As stock exchanges across East Africa continue to suffer from low domestic participation and foreign outflows, real estate brokers have thrived, buoyed by a preference for land and housing over investing on capital markets.
Across the region, market capitalization averages 20.87% of gross domestic product (GDP), compared to a global average of 133.8% in 2020, according to the World Bank. This means that almost 80% of the income earned in the countries goes to sectors such as real estate, which economists say look attractive but not productive in the long term.
“People want land. It is considered the ultimate form of wealth, and from an early age they are educated to know that success means owning land,” said Rufas Kamau, market and research analyst at Scope Markets, a currency trading based in Nairobi.
As a result, East African stock exchanges are dominated by foreigners, who flee the markets at the slightest shock.
The Nairobi Stock Exchange, which has always had between 60 and 70 percent foreign investors, has suffered severe foreign outflows in the past two quarters, causing the total market capitalization to fall by more than $2.5 billion, said Kenya’s Capital Markets Authority.
Yet, compared to some higher-income countries like Germany and Switzerland, Kenya ranks higher in terms of home ownership rates, at 61 percent, according to the 2019 census.
In a previous interview with East Africathe CMA has called culture the biggest challenge to wealth accumulation in capital markets.
“Most potential investors are more fond of tangible assets that they can touch and feel, like real estate, while capital markets can be perceived as complex,” CMA said.
Real estate is actually a resilient asset, especially during times of inflation, but as people are under pressure to buy, they don’t invest, according to Eric Musau, head of research at the Standard Investment Bank in Nairobi. thoughtfully. “The problem is that most of the purchases may not have been well thought out, as an investment, given other aspects, including liquidity, diversification and the age of the investor,” said he declared. East Africa.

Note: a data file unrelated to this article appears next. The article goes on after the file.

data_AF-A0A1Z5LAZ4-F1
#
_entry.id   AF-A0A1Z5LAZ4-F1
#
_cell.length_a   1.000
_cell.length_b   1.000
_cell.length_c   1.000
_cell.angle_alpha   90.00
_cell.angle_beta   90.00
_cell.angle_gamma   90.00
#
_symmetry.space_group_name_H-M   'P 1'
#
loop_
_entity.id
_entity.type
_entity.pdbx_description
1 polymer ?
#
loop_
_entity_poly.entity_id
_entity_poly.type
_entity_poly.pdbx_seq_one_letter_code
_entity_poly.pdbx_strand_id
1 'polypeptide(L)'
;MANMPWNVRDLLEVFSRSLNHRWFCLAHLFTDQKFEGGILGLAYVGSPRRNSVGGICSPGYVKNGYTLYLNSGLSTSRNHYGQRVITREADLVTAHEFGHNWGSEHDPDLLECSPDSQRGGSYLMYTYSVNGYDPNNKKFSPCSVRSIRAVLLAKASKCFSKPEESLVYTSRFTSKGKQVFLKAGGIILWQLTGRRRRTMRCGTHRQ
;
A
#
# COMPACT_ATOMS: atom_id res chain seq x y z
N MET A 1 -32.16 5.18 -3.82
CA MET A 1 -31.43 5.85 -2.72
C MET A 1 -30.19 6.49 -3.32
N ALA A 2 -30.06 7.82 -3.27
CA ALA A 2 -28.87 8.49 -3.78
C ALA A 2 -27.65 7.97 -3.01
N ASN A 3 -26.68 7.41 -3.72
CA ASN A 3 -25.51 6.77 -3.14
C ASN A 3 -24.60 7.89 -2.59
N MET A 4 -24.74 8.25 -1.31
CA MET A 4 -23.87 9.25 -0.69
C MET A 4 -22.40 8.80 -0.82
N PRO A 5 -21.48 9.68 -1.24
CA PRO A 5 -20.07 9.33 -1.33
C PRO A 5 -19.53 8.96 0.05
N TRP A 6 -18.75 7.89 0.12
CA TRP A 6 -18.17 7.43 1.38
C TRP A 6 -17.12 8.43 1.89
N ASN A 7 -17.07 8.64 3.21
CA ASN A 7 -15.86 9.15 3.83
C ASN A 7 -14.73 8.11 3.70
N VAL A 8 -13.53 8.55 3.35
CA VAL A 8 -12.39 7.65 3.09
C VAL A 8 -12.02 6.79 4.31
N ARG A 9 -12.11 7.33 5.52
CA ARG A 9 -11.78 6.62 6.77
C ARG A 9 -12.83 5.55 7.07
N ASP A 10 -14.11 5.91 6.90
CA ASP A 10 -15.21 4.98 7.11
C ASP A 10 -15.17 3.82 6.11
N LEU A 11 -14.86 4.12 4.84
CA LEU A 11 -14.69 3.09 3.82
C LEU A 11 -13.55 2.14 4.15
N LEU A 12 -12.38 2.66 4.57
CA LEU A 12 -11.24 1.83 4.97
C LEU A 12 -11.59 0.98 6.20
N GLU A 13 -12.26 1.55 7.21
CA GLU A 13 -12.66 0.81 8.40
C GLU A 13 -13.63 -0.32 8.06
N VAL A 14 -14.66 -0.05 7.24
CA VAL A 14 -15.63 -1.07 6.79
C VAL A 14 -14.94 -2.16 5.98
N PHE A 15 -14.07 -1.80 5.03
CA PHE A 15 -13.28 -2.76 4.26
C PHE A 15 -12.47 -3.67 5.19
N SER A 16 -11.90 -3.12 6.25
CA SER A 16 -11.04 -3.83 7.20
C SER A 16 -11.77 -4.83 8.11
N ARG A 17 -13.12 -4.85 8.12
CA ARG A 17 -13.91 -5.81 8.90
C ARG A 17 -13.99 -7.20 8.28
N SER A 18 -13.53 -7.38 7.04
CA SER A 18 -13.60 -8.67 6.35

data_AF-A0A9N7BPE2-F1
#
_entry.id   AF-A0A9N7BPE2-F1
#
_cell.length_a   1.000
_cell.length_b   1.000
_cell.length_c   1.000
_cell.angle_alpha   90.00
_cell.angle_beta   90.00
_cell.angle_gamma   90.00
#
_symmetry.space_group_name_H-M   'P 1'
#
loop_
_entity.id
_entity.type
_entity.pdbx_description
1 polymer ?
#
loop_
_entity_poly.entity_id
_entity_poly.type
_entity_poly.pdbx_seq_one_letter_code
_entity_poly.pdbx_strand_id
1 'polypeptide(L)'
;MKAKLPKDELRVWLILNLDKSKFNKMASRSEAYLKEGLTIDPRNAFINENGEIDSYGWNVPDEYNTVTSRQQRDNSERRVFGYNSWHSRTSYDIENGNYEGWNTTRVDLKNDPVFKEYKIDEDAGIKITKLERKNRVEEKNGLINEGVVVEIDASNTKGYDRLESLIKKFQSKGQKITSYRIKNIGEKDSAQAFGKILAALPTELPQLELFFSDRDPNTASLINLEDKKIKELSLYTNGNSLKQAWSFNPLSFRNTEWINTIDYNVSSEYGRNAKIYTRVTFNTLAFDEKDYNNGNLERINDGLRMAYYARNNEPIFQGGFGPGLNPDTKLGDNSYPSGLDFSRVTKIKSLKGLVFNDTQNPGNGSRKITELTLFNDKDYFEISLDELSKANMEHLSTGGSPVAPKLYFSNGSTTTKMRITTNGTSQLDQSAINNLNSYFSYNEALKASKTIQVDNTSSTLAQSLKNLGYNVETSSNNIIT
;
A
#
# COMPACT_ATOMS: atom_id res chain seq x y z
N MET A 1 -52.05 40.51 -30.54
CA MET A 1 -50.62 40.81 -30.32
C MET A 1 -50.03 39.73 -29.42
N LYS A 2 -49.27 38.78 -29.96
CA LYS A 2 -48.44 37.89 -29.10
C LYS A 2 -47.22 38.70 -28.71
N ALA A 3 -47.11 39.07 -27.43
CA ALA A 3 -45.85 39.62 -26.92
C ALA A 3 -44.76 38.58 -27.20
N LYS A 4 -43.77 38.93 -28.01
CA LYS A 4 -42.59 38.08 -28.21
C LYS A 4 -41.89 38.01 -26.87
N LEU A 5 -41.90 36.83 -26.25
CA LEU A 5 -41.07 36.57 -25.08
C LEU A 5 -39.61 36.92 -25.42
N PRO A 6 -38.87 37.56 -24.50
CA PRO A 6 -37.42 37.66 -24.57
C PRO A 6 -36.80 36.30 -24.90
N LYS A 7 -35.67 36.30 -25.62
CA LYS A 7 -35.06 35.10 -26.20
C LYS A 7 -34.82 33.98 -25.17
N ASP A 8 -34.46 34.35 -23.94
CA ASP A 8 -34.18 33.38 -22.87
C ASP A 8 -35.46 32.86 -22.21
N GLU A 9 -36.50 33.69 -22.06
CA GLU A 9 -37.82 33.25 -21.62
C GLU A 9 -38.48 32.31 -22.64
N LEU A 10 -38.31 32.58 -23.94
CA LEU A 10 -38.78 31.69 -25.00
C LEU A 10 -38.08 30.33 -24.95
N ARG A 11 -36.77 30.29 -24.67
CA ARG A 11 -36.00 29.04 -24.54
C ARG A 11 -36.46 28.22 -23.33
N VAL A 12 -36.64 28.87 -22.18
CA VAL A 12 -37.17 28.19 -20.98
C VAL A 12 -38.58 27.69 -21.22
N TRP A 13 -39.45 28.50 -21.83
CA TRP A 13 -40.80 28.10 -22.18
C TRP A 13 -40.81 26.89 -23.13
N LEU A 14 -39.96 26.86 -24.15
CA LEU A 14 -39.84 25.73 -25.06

“Buying a property also requires a high upfront cost, which could lead an investor into over-indebtedness if not thought through properly.”
In Uganda, most people view capital markets as alternative investments and channel their income into land and property, according to Calvin Bateme, research analyst at Crested Capital, a Kampala-based brokerage firm.
“This is because most people are unfamiliar with capital markets and others see them as too complex,” Bateme said. East Africa.
Analysts say lack of information is not the only reason why East Africans prefer traditional investments like land and real estate to stocks and securities.
“There is a generally low tax regime on holding land, even in areas with well-developed infrastructure. This has made land rent-seeking viable and has been able to come at the expense of economic activity, contributing to making Kenya an expensive place to do business,” Mr. Musau said.
Regulations, which include the ability to advertise and the nature of advertisements, also encourage ownership at the expense of stock markets.
“Because capital markets are volatile in nature, advertisements can only be informative and not persuasive, but property sellers can freely advertise and convince potential buyers, and this is a regulation that applies to the whole region,” Bateme said. East Africa.
“You can invest any amount in the stock market, but for real estate you will need to take out a loan or save for quite a long time,” Bateme said.
“Diversification is key so they don’t tie all their assets to one asset class, which is common for real estate investments,” he said.